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All I can say is put an obd reader on to monitor your iat in various driving situations (assuming it is still in a stock location), then decide if engine bay temps have zero effect on induction parts.
 

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I think the whole point is that even if the tube was negative 500 degrees the air will still be hot because the air under the hood is hot. The "hot tube" is not the problem, its the heat that the engine is making. Even a good cold air intake does not work at idle in traffic because it will still pickup heat from the engine and road. I did a test last night at the track. I loaded the stock tune in and let the car cool down. I ran a 13.24 @ 105. Not bad for a stock R/T. I then hot lapped it and idled 15 minutes in the staging lane so the engine was fully heat soaked. Guess what, I ran a 13.27 @ 105. For some reason my car does not care if its hot or cold. I tested all the Diablo tunes and they all ran the same as the stock tune. 13.20's @ 104-105. My car could care less if its got cool air. :) Needles to say, I took the Predator off the car and its now back to stock with an SRT airbox.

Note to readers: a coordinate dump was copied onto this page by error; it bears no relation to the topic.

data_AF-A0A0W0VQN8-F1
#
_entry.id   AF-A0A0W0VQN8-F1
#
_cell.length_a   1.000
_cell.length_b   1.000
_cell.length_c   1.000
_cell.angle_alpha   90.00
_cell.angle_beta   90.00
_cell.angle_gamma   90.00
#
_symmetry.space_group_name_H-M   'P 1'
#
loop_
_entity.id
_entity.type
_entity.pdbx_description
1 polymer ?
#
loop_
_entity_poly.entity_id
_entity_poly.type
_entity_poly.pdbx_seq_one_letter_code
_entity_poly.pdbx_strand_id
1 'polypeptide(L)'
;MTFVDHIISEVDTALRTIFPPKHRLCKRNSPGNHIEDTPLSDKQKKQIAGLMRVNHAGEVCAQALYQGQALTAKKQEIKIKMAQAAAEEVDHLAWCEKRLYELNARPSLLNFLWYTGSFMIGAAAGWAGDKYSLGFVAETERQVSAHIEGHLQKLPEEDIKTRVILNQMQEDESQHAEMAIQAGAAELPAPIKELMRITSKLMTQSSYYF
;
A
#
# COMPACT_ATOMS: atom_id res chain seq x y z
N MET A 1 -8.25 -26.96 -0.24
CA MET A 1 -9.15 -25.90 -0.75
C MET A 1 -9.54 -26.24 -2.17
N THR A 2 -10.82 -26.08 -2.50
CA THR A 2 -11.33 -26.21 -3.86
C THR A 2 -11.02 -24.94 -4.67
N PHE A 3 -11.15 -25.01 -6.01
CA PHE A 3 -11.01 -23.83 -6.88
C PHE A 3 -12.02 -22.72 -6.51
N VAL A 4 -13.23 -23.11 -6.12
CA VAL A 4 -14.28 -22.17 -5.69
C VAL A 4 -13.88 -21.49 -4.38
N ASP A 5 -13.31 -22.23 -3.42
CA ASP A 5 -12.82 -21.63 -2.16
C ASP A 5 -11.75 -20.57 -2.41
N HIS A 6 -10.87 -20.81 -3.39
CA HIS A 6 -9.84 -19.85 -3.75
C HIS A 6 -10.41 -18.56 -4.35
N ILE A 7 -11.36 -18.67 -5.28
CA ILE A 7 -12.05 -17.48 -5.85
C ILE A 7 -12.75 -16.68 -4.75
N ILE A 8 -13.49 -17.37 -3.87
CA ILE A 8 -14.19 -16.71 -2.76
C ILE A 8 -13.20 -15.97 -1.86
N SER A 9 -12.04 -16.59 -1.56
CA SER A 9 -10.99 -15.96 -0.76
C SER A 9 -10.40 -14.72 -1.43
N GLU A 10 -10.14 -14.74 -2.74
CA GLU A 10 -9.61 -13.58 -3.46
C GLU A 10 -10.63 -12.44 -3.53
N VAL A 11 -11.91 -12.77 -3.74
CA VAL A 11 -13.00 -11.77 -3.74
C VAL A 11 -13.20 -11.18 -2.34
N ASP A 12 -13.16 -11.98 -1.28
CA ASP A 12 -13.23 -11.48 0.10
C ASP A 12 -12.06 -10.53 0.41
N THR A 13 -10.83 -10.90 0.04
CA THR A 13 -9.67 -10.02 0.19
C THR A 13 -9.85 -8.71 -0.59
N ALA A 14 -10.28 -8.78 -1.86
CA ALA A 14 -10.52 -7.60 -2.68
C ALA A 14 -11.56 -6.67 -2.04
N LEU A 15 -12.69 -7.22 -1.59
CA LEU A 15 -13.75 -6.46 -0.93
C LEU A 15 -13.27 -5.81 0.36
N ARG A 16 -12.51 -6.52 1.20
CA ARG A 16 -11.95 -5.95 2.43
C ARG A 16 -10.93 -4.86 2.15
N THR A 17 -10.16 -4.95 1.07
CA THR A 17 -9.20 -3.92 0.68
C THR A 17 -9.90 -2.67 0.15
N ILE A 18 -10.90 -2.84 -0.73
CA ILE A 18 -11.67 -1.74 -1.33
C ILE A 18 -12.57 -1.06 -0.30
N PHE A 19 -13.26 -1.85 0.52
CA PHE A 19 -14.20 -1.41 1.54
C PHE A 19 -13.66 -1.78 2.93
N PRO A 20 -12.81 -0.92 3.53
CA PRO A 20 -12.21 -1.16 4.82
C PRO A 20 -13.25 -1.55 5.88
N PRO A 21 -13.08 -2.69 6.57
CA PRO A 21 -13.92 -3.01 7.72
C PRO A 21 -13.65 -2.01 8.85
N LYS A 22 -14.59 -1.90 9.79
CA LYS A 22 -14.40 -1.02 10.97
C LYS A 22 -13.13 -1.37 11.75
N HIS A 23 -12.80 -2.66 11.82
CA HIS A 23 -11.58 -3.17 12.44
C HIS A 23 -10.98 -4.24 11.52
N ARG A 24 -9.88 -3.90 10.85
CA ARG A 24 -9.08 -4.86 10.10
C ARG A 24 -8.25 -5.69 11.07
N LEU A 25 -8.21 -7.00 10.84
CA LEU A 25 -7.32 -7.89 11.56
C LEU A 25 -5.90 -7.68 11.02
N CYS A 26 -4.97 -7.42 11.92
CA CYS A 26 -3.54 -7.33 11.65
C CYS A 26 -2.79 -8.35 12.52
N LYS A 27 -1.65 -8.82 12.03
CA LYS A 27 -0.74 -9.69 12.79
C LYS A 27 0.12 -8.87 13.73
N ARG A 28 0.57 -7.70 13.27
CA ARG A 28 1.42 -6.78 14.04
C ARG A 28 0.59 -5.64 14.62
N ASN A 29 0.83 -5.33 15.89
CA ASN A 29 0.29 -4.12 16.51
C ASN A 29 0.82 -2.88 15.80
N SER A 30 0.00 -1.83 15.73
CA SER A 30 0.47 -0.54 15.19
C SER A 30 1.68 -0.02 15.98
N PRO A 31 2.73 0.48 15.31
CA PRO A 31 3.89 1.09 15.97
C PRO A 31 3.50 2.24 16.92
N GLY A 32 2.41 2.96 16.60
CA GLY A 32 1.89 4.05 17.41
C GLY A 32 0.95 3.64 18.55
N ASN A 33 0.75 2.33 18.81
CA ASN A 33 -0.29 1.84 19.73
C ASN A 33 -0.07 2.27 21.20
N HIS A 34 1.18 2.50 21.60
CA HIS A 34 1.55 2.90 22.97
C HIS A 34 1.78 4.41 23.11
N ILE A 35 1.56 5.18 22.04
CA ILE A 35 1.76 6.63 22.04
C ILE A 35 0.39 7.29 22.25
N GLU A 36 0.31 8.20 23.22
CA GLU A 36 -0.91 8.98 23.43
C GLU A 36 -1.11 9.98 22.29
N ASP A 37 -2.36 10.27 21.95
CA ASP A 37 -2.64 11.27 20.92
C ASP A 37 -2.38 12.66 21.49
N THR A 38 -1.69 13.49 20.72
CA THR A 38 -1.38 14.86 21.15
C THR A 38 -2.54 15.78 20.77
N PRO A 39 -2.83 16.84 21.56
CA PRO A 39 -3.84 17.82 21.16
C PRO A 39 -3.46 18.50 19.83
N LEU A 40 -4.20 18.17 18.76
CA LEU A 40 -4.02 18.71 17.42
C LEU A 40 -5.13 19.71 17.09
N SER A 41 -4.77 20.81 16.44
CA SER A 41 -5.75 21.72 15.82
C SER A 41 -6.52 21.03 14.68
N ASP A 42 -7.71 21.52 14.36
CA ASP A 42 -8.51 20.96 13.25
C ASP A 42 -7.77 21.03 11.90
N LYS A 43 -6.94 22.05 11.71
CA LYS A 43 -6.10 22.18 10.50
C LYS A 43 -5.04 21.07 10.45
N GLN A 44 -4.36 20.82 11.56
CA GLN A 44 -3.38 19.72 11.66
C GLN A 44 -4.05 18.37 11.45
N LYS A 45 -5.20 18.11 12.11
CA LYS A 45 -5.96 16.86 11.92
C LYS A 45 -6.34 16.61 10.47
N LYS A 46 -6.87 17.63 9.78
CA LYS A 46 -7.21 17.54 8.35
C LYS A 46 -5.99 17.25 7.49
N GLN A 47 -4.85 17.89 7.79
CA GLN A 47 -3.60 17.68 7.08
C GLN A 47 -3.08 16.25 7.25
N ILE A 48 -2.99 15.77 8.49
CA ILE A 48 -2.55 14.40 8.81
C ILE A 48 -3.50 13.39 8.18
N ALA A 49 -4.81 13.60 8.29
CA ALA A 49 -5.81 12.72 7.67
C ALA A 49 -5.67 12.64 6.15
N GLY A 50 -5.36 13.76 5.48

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I think the whole point is that even if the tube was negative 500 degrees the air will still be hot because the air under the hood is hot. The "hot tube" is not the problem, its the heat that the engine is making. Even a good cold air intake does not work at idle in traffic because it will still pickup heat from the engine and road. I did a test last night at the track. I loaded the stock tune in and let the car cool down. I ran a 13.24 @ 105. Not bad for a stock R/T. I then hot lapped it and idled 15 minutes in the staging lane so the engine was fully heat soaked. Guess what, I ran a 13.27 @ 105. For some reason my car does not care if its hot or cold. I tested all the Diablo tunes and they all ran the same as the stock tune. 13.20's @ 104-105. My car could care less if its got cool air. :) Needles to say, I took the Predator off the car and its now back to stock with an SRT airbox.